Insurance policies to boost apparel workers’ welfare | Sunday Observer

Insurance policies to boost apparel workers’ welfare

Tuli Cooray
Tuli Cooray

An attractive insurance policy that has been introduced for employees in the apparel industry will make it more appealing to the younger generation to join the sector.

The policy covers the medical and life category.

A milestone in employee welfare has been achieved in Sri Lanka’s apparel industry with Ceylinco Insurance partnering the Joint Apparel Association Forum (JAAF) – the industry’s apex body – to develop a standard life and medical insurance policy that can potentially protect some 350,000 workers and their families.

“Sri Lanka’s apparel industry has a well-evolved culture of protecting, nurturing and up-scaling its work force, helped by strong pro-labour laws and ‘rest of the world’ best practices mandated by the buyers’ community,” JAAF Secretary General Tuli Cooray said.

The industry already has employee insurance in the form of contributory or company-funded schemes, but this new scheme takes the industry to an era of a standard insurance package if workers and companies decide to take it, he said.

“We consider this move to boost the confidence of the workforce and the apparel sector be more appealing to the younger generation to join the sector in terms of employment and contribute aggressively towards the national economy in reaching the envisage targets in volumes and revenues,” he said.

With an export turnover of over $ 5 billion, apparel is among the largest single industries contributing to the growth of Sri Lanka. Sri Lanka’s apparel sector surpassed $5 billion in export earnings in 2018 and targets $8 billion by 2025. The earnings from export of apparel amounted to $5,050 million in 2018, registering an increase of 4.79 per cent compared to $ 4,819 million in 2017. The United States and the European Union (EU) continued to be the two largest buyers of Sri Lankan garments, in both volume and value terms.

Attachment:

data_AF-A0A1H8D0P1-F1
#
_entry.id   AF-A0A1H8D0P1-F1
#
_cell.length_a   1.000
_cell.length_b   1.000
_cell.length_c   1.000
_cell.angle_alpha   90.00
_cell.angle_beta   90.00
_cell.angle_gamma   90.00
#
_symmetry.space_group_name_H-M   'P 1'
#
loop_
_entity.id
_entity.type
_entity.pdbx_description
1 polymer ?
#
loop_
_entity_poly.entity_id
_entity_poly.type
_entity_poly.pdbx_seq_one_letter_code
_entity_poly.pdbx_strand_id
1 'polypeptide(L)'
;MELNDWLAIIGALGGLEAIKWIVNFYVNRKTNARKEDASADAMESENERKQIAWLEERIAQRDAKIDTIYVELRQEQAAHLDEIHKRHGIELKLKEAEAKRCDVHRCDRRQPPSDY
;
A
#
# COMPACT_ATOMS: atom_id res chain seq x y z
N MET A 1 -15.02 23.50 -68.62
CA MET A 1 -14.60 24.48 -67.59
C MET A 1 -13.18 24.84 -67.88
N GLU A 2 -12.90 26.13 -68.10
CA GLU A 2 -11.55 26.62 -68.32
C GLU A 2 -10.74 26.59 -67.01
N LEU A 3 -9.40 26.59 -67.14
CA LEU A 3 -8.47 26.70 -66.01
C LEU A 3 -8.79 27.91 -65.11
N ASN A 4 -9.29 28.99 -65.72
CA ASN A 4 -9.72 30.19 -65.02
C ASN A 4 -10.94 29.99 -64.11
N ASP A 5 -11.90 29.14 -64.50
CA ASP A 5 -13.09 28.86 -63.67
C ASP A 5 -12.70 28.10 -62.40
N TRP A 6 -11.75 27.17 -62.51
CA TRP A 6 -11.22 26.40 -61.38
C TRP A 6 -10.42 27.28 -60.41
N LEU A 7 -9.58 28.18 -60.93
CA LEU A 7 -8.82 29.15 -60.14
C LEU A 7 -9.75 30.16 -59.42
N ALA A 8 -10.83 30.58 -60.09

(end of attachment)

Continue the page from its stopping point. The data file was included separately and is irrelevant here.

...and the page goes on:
The export turnover target of $8 billion by 2025 requires an annual growth of 6 per cent, a very ambitious target and therefore, market access programs through regional, multilateral, or bilateral trade arrangements are extremely important, particularly with emerging markets such as India, China and Brazil, he said.

Costing less than Rs. 6 per employee per day, the Ceylinco ‘Ransalu Raksha’ policy provides life cover of Rs. 1 million, and will pay Rs. 1.5 million in the event of accidental death, Rs. 500,000 for partial and permanent disability, up to Rs. 500,000 as cover for 39 critical illnesses, reimburse up to Rs. 30,000 a year in medical expenses and contribute Rs. 30,000 as funeral expenses.

In preparedness to gain maximum advantage of the GSP + facility by meeting the rule of origin requirement, the apparel industry plans to set up a fabric manufacturing plant in Eastern Eravur, to commence construction in six months’ time with the likelihood of attracting an investment of US$40 million towards the project. The plant would be ready within about six months for construction. Since this has been part of the new President’s election manifesto the industry is convinced that the project would receive the backing of the government in this regard, he said. Environmental agency officials are expected to visit the identified 200-acre land in Eravur within the next two weeks but the process in allocating the land is still underway.

The fabric manufacturing facility will ensure speed to market and shorter lead times when the foreign textile manufacturing facilities are set up.

The apparel industry has been obtaining assurances from investors in China and India to engage in the manufacturing facility when it is established and has been assured of the possibility of Indian and Chinese investors investing $40 million in the project.

The facility is expected to attract a minimum of five investors to set up their production plants initially as weaving is not available in Sri Lanka and it is a requirement in the manufacture of garments. The textile plant in the East is expected to produce about 35 tonnes of fabric per day and is said to meet the local requirements. Sri Lanka imports fabric worth about $2.5 million per annum for manufacturing for export and domestic purposes. Sri Lanka only has a few large manufacturers involved in knitting but at least 70-80 per cent of the fabric continues to remain an imported product.

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